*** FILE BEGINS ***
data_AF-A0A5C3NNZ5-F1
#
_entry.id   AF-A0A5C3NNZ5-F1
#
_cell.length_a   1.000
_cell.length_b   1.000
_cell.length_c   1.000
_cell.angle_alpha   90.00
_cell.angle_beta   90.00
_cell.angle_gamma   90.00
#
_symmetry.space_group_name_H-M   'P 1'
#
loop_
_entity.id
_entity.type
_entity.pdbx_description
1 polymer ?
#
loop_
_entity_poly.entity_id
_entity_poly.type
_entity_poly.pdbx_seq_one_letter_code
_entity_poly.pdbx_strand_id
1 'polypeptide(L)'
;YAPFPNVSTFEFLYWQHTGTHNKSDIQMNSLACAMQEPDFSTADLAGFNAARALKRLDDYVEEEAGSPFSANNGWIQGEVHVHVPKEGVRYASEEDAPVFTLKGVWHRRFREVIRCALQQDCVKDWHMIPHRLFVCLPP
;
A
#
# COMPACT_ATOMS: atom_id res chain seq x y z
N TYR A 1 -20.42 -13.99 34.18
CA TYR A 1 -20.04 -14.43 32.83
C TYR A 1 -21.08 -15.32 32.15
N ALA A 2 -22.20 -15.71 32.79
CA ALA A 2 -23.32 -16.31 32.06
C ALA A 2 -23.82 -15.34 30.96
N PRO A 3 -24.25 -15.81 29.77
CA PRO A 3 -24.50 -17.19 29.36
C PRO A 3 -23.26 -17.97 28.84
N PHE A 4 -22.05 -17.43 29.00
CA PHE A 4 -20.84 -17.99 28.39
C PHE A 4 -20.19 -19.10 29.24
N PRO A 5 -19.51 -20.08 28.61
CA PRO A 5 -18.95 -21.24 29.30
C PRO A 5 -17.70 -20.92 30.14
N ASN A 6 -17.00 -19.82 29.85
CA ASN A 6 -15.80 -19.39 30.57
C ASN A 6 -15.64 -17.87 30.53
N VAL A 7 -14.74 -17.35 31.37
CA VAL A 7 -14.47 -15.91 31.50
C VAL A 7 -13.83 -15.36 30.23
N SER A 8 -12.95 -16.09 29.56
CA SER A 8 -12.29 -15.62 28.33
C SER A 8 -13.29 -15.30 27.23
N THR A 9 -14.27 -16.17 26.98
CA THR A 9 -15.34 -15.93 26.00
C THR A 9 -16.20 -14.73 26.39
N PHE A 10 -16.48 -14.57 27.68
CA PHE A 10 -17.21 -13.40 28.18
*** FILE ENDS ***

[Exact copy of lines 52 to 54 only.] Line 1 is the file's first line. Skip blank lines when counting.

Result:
N SER A 8 -12.95 -16.09 29.56
CA SER A 8 -12.29 -15.62 28.33
C SER A 8 -13.29 -15.30 27.23